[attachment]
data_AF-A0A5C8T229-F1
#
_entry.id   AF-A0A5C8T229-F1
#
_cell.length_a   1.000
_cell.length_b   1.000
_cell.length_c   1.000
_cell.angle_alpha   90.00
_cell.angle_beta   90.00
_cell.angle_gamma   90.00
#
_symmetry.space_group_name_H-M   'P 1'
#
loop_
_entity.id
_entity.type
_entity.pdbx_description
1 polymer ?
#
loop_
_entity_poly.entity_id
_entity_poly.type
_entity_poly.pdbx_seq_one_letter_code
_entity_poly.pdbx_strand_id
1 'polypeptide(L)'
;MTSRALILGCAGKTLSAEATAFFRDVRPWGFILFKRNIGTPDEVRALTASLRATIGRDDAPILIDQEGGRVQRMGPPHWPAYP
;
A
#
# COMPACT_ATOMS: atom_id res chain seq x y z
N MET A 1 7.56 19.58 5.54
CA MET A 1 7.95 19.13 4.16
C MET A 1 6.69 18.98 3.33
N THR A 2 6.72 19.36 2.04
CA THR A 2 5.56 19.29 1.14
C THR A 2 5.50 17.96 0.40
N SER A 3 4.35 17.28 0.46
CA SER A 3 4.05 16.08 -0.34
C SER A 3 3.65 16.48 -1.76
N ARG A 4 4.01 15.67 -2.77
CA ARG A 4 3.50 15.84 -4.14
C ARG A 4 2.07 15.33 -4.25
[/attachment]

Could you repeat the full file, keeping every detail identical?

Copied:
data_AF-A0A5C8T229-F1
#
_entry.id   AF-A0A5C8T229-F1
#
_cell.length_a   1.000
_cell.length_b   1.000
_cell.length_c   1.000
_cell.angle_alpha   90.00
_cell.angle_beta   90.00
_cell.angle_gamma   90.00
#
_symmetry.space_group_name_H-M   'P 1'
#
loop_
_entity.id
_entity.type
_entity.pdbx_description
1 polymer ?
#
loop_
_entity_poly.entity_id
_entity_poly.type
_entity_poly.pdbx_seq_one_letter_code
_entity_poly.pdbx_strand_id
1 'polypeptide(L)'
;MTSRALILGCAGKTLSAEATAFFRDVRPWGFILFKRNIGTPDEVRALTASLRATIGRDDAPILIDQEGGRVQRMGPPHWPAYP
;
A
#
# COMPACT_ATOMS: atom_id res chain seq x y z
N MET A 1 7.56 19.58 5.54
CA MET A 1 7.95 19.13 4.16
C MET A 1 6.69 18.98 3.33
N THR A 2 6.72 19.36 2.04
CA THR A 2 5.56 19.29 1.14
C THR A 2 5.50 17.96 0.40
N SER A 3 4.35 17.28 0.46
CA SER A 3 4.05 16.08 -0.34
C SER A 3 3.65 16.48 -1.76
N ARG A 4 4.01 15.67 -2.77
CA ARG A 4 3.50 15.84 -4.14
C ARG A 4 2.07 15.33 -4.25